Context-Driven Generation of Specifications for Interactive Information Systems
Content-intensive, interactive information systems have become an integral component of computer infrastructure. Applications become increasingly complex. Meanwhile, the information system technology has evolved to a very large extent. Methodologies for developing large information systems have not evolved in the same speed. We also observe an impedance mismatch between software engineering and database development methodologies.
The complexity of user interaction requires anticipating system behavior on both application and database sides. Varying utilization scenarios require adaptable functionality. Data model modifications pose another challenge, as necessary application code changes often exceed the capabilities of common software parameterization techniques. A generic architecture for such systems has been missing so far.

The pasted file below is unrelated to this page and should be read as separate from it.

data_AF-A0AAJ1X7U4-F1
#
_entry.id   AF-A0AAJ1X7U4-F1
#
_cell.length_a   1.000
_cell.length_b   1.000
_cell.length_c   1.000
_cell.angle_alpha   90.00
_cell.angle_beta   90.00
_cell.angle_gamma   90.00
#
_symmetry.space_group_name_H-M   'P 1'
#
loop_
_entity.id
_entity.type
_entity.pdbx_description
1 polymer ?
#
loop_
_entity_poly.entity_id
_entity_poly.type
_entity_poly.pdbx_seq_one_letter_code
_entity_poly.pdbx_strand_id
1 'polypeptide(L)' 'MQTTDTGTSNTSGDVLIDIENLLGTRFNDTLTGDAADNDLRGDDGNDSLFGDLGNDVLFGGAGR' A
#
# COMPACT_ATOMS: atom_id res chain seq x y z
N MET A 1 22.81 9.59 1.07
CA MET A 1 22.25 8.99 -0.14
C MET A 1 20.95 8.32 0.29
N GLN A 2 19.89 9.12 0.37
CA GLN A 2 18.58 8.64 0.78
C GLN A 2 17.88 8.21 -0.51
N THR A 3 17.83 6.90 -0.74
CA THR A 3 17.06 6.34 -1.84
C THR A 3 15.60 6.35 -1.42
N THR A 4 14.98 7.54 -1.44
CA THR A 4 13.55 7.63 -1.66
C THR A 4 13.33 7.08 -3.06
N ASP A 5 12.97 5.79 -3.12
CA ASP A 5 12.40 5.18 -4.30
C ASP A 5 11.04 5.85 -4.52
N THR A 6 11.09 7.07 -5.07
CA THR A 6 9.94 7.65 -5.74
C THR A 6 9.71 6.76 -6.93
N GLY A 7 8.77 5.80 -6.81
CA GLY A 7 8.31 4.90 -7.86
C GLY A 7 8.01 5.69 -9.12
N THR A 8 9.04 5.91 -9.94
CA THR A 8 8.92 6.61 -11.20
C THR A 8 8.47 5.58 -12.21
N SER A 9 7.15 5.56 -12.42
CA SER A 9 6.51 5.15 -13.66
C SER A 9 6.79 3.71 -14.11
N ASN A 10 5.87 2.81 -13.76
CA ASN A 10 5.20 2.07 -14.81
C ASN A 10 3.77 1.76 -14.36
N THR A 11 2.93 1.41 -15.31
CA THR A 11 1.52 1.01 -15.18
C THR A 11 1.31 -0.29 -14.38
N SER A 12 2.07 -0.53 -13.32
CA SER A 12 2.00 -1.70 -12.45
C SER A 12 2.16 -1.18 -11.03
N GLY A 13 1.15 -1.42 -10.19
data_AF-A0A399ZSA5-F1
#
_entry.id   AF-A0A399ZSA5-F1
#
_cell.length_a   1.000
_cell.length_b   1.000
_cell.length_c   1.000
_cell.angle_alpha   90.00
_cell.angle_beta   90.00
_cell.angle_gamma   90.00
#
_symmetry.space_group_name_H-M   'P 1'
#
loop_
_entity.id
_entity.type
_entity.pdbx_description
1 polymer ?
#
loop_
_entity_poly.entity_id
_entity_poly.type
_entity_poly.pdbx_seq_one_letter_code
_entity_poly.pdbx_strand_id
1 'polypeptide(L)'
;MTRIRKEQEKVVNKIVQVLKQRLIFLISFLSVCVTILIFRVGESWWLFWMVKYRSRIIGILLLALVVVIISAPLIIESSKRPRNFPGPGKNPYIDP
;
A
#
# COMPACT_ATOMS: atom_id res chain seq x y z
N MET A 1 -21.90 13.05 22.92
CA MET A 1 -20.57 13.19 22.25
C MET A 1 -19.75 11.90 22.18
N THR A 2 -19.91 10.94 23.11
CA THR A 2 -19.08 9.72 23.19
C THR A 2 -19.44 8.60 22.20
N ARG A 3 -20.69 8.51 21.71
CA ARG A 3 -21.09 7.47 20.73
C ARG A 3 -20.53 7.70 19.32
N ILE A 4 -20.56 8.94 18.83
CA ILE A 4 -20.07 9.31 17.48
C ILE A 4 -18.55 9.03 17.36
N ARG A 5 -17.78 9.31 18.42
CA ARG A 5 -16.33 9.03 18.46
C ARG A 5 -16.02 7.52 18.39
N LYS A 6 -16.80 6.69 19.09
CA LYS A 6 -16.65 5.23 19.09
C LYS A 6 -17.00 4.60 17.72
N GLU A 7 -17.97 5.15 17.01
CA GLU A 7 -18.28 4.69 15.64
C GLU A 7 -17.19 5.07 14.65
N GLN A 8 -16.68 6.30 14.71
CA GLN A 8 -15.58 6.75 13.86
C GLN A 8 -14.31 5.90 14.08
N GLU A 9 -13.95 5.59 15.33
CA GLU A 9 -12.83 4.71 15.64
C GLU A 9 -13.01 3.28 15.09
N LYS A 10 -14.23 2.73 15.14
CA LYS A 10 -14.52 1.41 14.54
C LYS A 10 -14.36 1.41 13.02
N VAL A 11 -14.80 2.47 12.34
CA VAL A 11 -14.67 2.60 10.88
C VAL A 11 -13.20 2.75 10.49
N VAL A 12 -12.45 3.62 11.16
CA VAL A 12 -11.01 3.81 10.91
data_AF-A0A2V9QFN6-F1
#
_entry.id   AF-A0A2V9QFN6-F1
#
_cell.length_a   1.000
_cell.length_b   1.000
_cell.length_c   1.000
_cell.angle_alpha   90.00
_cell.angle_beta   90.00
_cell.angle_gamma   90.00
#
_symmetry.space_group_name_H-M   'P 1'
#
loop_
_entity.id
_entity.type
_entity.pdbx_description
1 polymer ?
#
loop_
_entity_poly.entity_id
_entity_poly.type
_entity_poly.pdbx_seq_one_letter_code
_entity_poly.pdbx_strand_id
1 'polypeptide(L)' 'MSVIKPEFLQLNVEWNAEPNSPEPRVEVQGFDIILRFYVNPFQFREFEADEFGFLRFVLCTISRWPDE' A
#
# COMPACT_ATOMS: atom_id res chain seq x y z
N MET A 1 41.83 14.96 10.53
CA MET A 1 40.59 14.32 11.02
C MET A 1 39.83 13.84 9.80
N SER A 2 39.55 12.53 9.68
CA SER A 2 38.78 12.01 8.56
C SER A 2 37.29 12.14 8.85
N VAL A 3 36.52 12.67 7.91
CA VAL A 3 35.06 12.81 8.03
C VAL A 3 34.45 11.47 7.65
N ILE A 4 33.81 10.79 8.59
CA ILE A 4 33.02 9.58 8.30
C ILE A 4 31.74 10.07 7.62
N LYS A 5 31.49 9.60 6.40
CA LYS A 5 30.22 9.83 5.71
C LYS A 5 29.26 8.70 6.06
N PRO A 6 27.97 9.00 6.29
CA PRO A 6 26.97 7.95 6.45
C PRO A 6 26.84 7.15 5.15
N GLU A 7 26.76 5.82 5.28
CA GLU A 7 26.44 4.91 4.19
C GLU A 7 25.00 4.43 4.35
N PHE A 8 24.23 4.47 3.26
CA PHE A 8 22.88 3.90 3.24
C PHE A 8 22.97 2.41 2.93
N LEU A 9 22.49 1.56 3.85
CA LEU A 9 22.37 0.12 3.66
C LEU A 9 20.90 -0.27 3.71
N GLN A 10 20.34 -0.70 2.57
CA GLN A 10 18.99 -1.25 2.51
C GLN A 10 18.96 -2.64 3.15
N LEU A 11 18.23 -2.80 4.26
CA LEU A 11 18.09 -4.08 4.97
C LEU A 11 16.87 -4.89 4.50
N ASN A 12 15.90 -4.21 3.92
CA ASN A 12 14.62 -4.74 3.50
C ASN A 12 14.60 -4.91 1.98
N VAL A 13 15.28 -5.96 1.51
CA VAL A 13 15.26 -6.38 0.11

This work focuses on a method for specifying software functionality that has been developed. It is based on computational linguistics and allows to define generic specifications of system functionality and to provide them to users under varying application contexts, constraints and data models. A formal notion of genericity is introduced for comparing information system behavior.
The method supports stepwise transformation of specifications, starting from a specification close to natural language, and finishing with an executable prototype. The transformation is interactive, supporting design decisions according to validation results at each refinement stage. The proof of concept is given by a prototype generation framework.